Bromley-by-Bow

Bromley-by-Bow, Tower Hamlets

A historic East End district situated between Bow and Poplar

Hidden London: the Drapers’ Almshouses

‘Brom­ley’ is a cor­rup­tion of Old Eng­lish words mean­ing ‘wood­land clear­ing with bram­bles’, and the extend­ed name avoids con­fu­sion with its south Lon­don name­sake. It was ear­li­er known as Brom­ley St Leonard, after the Bene­dic­tine pri­o­ry of St Leonard, once the old­est reli­gious house in east Lon­don.

After the dis­so­lu­tion of the monas­ter­ies the manor was grant­ed to Sir Ralph Sadleir, prin­ci­pal sec­re­tary of state to Hen­ry VIII. The British Muse­um holds his account of the estate’s prop­er­ties, drawn up in 1540. By this time, Bow had gained ascen­dan­cy over Brom­ley but the lat­ter became a pop­u­lar place to build rur­al retreats from the ear­ly 17th cen­tu­ry.

A range of four ten­e­ments with a cen­tre chapel, the Drap­ers’ Almshous­es were built in 1706. The grade II list­ed group is shown in the pho­to above.*

A hunt­ing lodge that stood on what is now St Leonard’s Street was said to have been built by James I. Lat­er known as the Old Palace, the build­ing was split into two res­i­dences in 1750.

From the 1820s, Brom­ley began to fill with nox­ious indus­tries and work­ers’ hous­ing, some built by char­i­ties, some by prof­i­teer­ing jer­ry builders.

Eight gash­old­ers were con­struct­ed in 1872. One was destroyed by a bomb in the Sec­ond World War and the sur­viv­ing sev­en have stood unused for many years. Christo­pher Costel­loe, Direc­tor of the Vic­to­ri­an Soci­ety, says: “The group val­ue of so many Vic­to­ri­an gash­old­ers packed togeth­er is unmatched any­where else in the world, mak­ing the Brom­ley-by-Bow gash­old­ers a true sym­bol for the Indus­tri­al Rev­o­lu­tion.” The Vic­to­ri­an Soci­ety includ­ed the group on its 2018 Top 10 Endan­gered Build­ings list.

Much of Brom­ley was a slum by the late 19th cen­tu­ry and it became an ear­ly tar­get for civic improve­ment.

Brom­ley pub­lic hall was built on Bow Road in 1880 as the vestry hall for St Leonard’s parish. It now serves as Tow­er Ham­lets’ reg­is­ter office.

The replace­ment of the Old Palace by a school in 1894 caused an out­cry and played a piv­otal role in pro­mot­ing future (often unsuc­cess­ful) attempts to pre­serve east London’s her­itage. The inte­ri­or of the state room was sal­vaged and can be seen at the Vic­to­ria and Albert Muse­um.

Muriel and Doris Lester estab­lished the orig­i­nal Kings­ley Hall in 1915, as part of their work among the poor of Bow. Shown in the small pho­to below,* the present hall was built on Powis Road in 1927–8.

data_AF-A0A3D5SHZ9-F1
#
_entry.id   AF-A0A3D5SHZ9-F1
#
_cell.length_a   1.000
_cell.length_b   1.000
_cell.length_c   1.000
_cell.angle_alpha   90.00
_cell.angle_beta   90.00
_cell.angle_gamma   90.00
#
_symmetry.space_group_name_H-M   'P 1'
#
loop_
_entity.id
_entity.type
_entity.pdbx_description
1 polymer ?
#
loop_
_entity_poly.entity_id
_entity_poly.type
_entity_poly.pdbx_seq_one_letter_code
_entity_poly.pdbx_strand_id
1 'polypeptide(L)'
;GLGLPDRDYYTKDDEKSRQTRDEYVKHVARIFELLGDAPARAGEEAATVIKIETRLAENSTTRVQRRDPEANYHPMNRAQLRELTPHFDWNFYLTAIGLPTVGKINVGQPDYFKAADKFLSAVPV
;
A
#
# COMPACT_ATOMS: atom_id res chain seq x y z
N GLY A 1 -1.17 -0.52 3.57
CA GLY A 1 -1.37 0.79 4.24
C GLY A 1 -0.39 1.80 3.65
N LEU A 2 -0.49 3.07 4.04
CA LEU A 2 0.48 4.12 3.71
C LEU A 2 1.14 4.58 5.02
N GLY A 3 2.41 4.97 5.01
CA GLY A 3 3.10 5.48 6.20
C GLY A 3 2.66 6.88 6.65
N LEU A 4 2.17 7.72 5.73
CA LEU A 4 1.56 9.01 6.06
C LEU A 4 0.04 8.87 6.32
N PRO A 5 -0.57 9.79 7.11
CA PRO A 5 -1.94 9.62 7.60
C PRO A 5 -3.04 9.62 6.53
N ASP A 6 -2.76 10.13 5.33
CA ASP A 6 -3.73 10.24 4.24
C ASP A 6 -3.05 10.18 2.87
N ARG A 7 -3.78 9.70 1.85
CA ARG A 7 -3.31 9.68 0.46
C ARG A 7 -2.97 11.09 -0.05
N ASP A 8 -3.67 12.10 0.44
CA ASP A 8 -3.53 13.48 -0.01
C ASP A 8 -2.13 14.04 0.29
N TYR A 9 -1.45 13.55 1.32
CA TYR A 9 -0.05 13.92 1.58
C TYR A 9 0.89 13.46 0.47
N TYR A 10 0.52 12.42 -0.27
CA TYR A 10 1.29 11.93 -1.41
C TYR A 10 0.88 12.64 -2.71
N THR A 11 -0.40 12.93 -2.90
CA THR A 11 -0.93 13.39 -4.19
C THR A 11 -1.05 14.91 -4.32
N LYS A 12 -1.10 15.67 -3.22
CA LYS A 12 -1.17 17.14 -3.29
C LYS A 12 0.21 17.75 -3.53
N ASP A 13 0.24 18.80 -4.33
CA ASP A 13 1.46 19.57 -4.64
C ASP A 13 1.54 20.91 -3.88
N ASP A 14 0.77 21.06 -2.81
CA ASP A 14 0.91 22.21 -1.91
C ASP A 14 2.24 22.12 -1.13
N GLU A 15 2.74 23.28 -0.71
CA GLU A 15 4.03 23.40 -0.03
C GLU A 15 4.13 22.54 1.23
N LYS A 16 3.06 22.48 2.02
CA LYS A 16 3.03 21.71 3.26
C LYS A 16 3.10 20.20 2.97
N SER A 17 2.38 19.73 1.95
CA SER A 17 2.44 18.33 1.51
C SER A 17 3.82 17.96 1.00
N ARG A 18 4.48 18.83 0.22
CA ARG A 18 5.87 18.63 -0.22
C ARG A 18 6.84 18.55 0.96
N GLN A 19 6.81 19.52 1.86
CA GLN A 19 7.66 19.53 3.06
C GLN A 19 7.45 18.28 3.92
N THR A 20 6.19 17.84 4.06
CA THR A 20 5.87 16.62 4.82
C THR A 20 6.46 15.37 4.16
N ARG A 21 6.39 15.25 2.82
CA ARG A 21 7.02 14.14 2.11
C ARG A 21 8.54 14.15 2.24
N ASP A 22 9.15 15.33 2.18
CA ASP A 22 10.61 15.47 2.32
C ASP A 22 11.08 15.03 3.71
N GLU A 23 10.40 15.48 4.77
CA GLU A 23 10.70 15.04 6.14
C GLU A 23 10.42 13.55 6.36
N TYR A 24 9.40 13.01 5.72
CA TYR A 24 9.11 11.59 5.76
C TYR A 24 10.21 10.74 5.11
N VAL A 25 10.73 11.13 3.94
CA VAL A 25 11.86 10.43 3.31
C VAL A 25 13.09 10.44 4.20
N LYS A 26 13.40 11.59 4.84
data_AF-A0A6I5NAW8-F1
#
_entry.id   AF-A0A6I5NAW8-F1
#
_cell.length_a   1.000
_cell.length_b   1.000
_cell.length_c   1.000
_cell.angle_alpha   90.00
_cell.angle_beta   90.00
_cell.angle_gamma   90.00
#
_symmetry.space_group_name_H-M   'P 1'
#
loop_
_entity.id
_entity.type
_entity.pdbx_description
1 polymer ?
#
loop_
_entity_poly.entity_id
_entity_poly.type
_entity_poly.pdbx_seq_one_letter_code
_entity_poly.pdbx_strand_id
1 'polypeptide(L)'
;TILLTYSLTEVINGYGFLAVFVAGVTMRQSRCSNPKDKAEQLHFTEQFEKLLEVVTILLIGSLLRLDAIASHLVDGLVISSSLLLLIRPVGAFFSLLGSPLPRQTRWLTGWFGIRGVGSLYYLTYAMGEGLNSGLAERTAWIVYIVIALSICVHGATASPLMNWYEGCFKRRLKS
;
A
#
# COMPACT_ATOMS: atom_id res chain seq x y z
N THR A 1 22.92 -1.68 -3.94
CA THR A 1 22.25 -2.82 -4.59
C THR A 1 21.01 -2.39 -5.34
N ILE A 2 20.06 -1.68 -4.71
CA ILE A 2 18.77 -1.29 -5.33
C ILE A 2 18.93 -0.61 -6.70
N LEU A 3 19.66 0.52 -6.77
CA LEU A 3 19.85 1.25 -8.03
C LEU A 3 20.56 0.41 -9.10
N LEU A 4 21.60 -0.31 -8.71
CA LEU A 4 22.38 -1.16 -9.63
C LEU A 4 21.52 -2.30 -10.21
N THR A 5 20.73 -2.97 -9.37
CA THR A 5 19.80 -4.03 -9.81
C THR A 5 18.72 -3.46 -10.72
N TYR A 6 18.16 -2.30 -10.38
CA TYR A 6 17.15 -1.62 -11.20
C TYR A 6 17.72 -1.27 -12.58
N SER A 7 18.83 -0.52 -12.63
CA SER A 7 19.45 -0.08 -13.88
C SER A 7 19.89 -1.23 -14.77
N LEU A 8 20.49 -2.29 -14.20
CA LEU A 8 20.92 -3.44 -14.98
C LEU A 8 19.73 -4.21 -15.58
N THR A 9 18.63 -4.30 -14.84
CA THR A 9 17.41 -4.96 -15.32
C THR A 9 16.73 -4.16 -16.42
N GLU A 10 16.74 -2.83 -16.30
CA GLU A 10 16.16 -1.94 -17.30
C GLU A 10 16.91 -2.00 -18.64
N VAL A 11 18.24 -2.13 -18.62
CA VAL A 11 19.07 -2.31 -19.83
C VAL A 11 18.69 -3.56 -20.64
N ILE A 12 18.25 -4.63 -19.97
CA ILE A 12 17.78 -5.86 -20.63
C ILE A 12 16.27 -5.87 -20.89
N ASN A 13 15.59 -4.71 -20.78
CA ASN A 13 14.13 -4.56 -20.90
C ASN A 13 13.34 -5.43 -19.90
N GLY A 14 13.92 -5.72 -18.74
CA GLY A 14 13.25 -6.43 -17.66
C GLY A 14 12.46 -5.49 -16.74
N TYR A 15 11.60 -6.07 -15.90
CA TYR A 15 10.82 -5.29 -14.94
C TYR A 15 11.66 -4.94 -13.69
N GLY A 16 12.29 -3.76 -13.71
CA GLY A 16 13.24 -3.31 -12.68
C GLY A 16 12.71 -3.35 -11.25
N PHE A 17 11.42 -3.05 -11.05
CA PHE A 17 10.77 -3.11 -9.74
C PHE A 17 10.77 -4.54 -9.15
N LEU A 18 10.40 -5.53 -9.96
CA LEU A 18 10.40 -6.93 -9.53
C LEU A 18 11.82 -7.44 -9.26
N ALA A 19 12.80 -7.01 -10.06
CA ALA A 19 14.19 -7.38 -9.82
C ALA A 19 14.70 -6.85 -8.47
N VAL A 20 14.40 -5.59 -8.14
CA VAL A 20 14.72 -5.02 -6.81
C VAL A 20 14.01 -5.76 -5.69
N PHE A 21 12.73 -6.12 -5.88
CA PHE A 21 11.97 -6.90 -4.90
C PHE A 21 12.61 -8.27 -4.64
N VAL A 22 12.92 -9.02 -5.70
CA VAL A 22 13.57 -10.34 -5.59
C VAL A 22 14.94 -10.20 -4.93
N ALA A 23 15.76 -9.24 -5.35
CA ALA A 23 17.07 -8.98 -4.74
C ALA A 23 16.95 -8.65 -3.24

As well as meet­ing the needs of local peo­ple, Kings­ley Hall also gave space to a vari­ety of groups and move­ments, includ­ing the suf­fragettes and the Jar­row marchers. A blue plaque records Mahat­ma Gandhi’s stay here. Lat­er it was a base for the psy­cho­an­a­lyst RD Laing.

Kings­ley Hall, Powis Road

From the 1930s the Lon­don Coun­ty Coun­cil began a mas­sive slum clear­ance pro­gramme, eras­ing the old vil­lage green and its hous­es and inns.

Ruinous bomb dam­age in the Sec­ond World War brought fur­ther clear­ance after 1945 and munic­i­pal and social hous­ing filled almost the entire area.

The parish church of St Mary with St Leonard was among the build­ings destroyed. Its church­yard is now a wilder­ness gar­den and adven­ture play­ground, entered via the How memo­r­i­al gate­way.

After a peri­od of dere­lic­tion in the 1970s a local cam­paign revived Kings­ley Hall, with the back­ing of Richard Atten­bor­ough, who used it as a set for his film Gand­hi. The build­ing was reopened as a com­mu­ni­ty cen­tre in 1985 and the Gand­hi Foun­da­tion is also based here.

Fifty-six per cent of homes in the Brom­ley-by-Bow ward were rent­ed from the coun­cil or a hous­ing asso­ci­a­tion at the 2011 cen­sus – sharply down from 72 per cent at the pre­vi­ous cen­sus but still a very high fig­ure. A fur­ther 24 per cent of homes were pri­vate­ly rent­ed.

The largest eth­nic minor­i­ty (45 per cent) is of Bangladeshi descent, fol­lowed by white Britons. The Brom­ley-by-Bow Cen­tre on Bruce Road is a com­mu­ni­ty regen­er­a­tion organ­i­sa­tion that aims to har­ness the ener­gies and abil­i­ties of local peo­ple through a vari­ety of inte­grat­ed projects, link­ing health with edu­ca­tion and enter­prise, for exam­ple, or envi­ron­ment with train­ing and fam­i­ly sup­port.

The political economist David Ricardo, the son of a Dutch Jewish stockbroker, grew up in Bromley St Leonard in the late 18th century.

Postal district: E3
Population: 14,480 (2011 census)
Station: District Line and Hammersmith & City Line (zones 2 and 3)
See also: South Bromley
* The picture of the Drapers Almshouses at the top of this page is adapted from an original photograph, copyright Reading Tom, at Flickr, made available under the Attribution 2.0 Generic Licence. The picture of Kingsley Hall is adapted from an original photograph, copyright Gordon Joly, at Wikimedia Commons, made available under the Attribution-ShareAlike 2.5 Generic licence. Any subsequent reuse is freely permitted under the terms of those licences.